Breaking Up with SCCM Is Hard To Do
It's no secret that Microsoft wants enterprises to migrate all their PC users to Windows 10 as a service and to move to its new modern approach to configuring, securing and managing those systems and the applications associated with them. This year's launch of Microsoft 365 -- a subscription service that bundles Windows 10 licenses, Office 365 and the Enterprise Mobility + Security (EMS) service -- is the strongest sign yet that the company is pushing IT pros away from the traditional approach of imaging and managing PCs with System Center Configuration Manager (SCCM) in favor of Microsoft Intune in EMS.
While many IT pros have embraced the new modern systems management model, others are bemoaning it and quite a few remain unsure, according to a spot survey of Redmond readers over the weekend.
Nearly half, or 48 percent, of Redmond subscribers who are planning Windows 10 migrations said they intend to continue using SCCM to configure, deploy and manage those systems, according to 201 respondents to an online poll. Yet 31 percent are undecided and only 4 percent have decided on Microsoft's EMS offering. And while 9 percent will use a third-party MDM/EMM/MAM offering, a near-equal amount will implement a mixture of the aforementioned options.
While 19 percent responded that they plan to use Microsoft 365 where it makes sense, only 10 percent plan to use it enterprisewide. A formidable number, 42 percent, said their organization has no plans to use Microsoft 365, while 28 percent are undecided.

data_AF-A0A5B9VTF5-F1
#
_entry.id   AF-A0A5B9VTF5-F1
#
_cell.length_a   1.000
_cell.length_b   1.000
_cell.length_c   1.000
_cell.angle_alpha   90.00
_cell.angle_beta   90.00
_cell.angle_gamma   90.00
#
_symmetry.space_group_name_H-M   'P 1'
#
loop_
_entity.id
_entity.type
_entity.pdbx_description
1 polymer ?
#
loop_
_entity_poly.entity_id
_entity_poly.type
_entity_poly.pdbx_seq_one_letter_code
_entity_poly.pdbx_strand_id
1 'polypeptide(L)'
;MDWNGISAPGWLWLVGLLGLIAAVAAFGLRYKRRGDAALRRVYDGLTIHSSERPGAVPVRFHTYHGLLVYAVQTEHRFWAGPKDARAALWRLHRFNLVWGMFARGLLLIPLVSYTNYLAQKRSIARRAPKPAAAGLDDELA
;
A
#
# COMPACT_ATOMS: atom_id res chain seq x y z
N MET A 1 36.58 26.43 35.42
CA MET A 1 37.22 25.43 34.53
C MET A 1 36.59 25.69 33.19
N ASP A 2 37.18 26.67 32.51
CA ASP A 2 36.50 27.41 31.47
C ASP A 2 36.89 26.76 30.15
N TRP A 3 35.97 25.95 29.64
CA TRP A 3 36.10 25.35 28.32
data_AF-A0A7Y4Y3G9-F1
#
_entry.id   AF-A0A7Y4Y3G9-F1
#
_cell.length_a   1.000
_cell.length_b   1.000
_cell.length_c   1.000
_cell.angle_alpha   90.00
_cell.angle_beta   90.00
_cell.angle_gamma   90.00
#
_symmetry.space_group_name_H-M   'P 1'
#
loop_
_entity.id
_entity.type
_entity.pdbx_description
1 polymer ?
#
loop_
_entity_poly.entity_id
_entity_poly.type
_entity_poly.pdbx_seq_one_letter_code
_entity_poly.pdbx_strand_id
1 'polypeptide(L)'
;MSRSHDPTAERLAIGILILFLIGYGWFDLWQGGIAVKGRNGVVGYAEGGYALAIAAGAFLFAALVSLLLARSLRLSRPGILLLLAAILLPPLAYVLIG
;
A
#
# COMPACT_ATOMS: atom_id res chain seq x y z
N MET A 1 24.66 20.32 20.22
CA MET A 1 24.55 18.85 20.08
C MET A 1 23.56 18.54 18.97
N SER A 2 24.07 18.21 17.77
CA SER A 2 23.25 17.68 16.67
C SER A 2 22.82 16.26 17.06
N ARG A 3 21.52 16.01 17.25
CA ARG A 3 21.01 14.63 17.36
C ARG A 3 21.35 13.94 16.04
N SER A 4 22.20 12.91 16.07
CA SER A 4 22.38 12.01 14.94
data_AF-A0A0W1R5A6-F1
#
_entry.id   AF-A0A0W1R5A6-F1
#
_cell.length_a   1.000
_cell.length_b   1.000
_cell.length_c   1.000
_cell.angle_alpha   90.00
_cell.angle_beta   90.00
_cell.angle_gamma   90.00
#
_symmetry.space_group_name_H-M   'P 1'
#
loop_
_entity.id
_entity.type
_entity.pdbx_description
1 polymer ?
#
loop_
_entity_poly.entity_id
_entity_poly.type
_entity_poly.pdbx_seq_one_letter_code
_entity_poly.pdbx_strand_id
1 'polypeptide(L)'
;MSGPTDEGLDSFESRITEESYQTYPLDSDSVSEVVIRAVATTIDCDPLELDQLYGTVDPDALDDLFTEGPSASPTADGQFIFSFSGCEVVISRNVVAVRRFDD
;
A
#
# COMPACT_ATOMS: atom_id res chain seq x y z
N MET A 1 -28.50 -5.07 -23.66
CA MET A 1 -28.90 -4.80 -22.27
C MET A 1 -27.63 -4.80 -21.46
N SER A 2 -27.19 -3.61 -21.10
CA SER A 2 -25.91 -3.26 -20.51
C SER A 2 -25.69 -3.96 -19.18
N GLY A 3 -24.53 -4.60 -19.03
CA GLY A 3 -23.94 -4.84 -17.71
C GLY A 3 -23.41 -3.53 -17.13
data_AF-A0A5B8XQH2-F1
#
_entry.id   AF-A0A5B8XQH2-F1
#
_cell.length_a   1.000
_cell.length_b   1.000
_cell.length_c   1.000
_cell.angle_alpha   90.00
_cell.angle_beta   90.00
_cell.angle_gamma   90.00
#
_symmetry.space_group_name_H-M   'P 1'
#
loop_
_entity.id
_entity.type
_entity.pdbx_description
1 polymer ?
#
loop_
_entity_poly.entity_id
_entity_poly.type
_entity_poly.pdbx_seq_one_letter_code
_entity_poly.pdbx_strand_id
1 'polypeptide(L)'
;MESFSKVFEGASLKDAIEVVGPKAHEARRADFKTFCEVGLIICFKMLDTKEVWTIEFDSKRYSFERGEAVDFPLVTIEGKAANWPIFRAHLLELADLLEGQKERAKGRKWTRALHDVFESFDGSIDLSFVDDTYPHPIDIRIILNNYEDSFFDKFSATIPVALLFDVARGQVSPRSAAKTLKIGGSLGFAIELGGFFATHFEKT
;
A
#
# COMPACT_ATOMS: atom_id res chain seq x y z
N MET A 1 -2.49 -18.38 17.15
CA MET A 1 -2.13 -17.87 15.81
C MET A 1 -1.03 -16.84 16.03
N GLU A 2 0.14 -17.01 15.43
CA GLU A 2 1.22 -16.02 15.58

As Intune takes on more automated deployment capabilities, organizations upgrading to Windows 10 -- which they must do by 2020 -- may find SCCM becoming less essential in a growing number of scenarios. Brad Anderson, Microsoft's corporate vice president for enterprise client mobility, drove that point home during a keynote session at the recent Ignite conference in Orlando. "One of the big things about modern management is we are encouraging you to move away from imaging," Anderson said. "Stop maintaining those images and all of the libraries and drivers and let's move to a model where we can automatically provision you from the cloud."
Anderson estimated that SCCM now manages 75 percent of all PCs, hundreds of millions, and continues to grow by 1 million users per week -- hence the point that this change is going to happen quickly. Microsoft continues to upgrade SCCM, and has moved from its traditional release cycle of every two to three years to three times per year, and its current branch model with new test builds for insiders issued every month. Microsoft also now offers an SCCM co-management bridge and PowerShell scripts for Intune.
Organizations have various decisions to make, and there are still many moving parts. Which is why despite the fact that 600 million systems now run Windows 10, many organizations still haven't migrated or are only in the early stages of doing so.
Join MVP and longtime Redmond contributor Greg Shields, Enterprise Strategy Group Senior Analyst Mark Bowker and me tomorrow at 11 a.m. PT for a Redmond webinar: Microsoft 365 for Modern Workplace Management: Considerations for Moving to a Post-SCCM World. You can sign up here.
Posted by Jeffrey Schwartz on 12/04/2017 at 1:10 PM